Friday, July 14, 2017

My pregnancy with Nova | the scary stuff

 I went into my pregnancy with Nova with a little fear because I have a positive antibody that increases my risk of having a miscarriage/loss. I was also on a medication to control heart palpitations which I was told that i should continue throughout my pregnancy even though it does have a chance of IUGR or inter-uterine growth restriction (where the baby doesn't grow properly, is smaller).

At about 18 weeks I accepted the quad screening which ended up coming back with a high chance of the baby having Down's Syndrome. That was a hard phone call. The baby looked great on the ultrasound we had the week prior but my physician thought we needed to do the Panorama test (which is the same as the Materniti21 test to look for chromosome abnormalities. I had the blood testing done the next day and we started the week long wait. It was a hard week, full of worries and anxieties. In my heart I knew my baby was ok but my head also knew that there is a real chance that our baby would have DS. I would love our baby no different but every expectant parent wants their child to be born healthy. 1 week later I go the phone call to let me know that 1. our baby had normal chromosomes, and 2. if we wanted to know the gender of our baby. We decided early in the pregnancy that with this baby we wanted to wait until birth to find out gender, no I said no.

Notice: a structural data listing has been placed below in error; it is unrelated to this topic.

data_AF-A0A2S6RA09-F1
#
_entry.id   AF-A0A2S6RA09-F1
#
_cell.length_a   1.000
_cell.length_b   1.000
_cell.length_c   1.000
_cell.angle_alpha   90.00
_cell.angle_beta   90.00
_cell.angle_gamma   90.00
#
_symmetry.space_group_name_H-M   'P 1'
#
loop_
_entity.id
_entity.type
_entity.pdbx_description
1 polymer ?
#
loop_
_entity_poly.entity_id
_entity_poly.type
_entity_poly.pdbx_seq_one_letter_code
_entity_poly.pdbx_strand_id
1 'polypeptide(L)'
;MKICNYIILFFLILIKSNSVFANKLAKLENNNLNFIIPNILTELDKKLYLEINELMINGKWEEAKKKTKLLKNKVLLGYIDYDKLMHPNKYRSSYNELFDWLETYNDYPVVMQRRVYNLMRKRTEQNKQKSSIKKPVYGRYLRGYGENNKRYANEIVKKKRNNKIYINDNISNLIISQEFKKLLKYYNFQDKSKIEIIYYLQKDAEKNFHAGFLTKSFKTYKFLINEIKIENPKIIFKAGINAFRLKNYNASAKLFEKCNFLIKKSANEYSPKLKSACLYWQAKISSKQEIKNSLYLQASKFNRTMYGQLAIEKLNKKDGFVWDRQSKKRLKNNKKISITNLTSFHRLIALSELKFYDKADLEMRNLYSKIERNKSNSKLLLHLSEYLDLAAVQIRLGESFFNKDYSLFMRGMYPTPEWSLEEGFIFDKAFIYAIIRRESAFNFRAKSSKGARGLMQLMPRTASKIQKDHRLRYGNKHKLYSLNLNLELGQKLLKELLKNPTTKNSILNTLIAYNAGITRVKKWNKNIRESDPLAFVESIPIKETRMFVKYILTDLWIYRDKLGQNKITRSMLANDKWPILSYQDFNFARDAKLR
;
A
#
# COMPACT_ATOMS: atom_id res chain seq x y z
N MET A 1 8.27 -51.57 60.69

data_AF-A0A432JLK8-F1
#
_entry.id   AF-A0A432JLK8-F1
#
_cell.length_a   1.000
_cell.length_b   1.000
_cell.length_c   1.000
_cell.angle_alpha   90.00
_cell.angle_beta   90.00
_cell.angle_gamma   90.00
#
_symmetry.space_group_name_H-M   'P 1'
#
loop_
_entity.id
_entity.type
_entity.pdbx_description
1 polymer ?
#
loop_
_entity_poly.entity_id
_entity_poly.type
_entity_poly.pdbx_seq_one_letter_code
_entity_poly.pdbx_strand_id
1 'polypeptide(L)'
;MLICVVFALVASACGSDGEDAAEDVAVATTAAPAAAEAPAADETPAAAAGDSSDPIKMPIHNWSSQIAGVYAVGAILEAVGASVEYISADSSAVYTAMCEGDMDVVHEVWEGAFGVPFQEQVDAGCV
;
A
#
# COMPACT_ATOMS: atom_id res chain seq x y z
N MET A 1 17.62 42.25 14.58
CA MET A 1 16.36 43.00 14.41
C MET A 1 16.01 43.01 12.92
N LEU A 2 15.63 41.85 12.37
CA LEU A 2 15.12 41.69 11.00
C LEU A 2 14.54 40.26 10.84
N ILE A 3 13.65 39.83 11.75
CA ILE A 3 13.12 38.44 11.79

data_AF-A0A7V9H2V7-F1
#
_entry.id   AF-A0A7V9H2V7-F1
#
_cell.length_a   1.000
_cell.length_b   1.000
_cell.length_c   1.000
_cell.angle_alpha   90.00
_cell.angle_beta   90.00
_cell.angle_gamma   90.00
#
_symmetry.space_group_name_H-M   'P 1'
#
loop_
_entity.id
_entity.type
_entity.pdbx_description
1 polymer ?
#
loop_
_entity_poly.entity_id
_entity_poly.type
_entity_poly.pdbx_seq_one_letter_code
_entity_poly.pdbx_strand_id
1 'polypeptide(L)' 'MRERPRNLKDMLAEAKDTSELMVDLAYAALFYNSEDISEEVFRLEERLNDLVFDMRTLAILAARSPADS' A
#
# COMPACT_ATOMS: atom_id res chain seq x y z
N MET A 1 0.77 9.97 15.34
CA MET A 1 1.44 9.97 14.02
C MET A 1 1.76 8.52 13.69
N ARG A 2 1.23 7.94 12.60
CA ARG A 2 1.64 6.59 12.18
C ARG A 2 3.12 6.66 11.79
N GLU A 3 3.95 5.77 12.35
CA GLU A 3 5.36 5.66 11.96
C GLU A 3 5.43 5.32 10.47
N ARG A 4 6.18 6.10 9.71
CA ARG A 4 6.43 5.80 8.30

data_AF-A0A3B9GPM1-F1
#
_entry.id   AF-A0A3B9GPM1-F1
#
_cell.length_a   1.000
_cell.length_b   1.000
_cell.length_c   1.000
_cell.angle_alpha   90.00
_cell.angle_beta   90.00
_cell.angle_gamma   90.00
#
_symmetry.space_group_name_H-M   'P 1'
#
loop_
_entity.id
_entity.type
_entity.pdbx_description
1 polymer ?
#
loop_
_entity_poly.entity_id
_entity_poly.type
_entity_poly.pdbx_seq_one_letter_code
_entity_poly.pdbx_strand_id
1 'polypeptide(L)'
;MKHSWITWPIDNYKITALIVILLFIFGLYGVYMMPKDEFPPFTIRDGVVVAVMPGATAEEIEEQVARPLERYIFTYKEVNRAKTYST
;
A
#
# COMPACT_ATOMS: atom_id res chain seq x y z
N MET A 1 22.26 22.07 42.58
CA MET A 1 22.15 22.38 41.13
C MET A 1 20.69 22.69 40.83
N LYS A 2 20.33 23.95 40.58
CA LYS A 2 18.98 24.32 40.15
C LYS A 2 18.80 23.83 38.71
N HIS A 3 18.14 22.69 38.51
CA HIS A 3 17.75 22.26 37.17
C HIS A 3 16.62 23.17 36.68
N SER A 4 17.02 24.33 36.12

The reason our quad screen came back abnormal was because I had super-duper high levels of HCG. Which could mean twins but we had already had our anatomy the week prior so we knew it wasn't twins. My physician wanted me to meet with Maternal Fetal Medicine about this since really high levels of HCG can still complicate a pregnancy.

I met with Dr. Green in Ann Arbor at about 26 weeks after a very through and looooooong ultrasound. Because we didn't know the gender of our baby I had to keep my eyes shut during a good part of the ultrasound so I missed a lot actually. Dr Green (who is such a sweet and kind physician) explained to me that when there are high levels of HCG it can mean the placenta may not be the best placenta and at times this can cause IUGR. The plan was to measure the baby and placenta every 5-6 weeks until delivery. We met two other times where it was discovered that our baby was on the smaller side at about 15th percentile, which IUGR is 10th percentile. Beside being tiny our baby was doing great and we had a VERY active little one growing. I had to have non stress tests and ultrasound 2-3 times a week. During some of the tests our little baby was not passing so some days there was repeat ultrasounds and extended monitoring.

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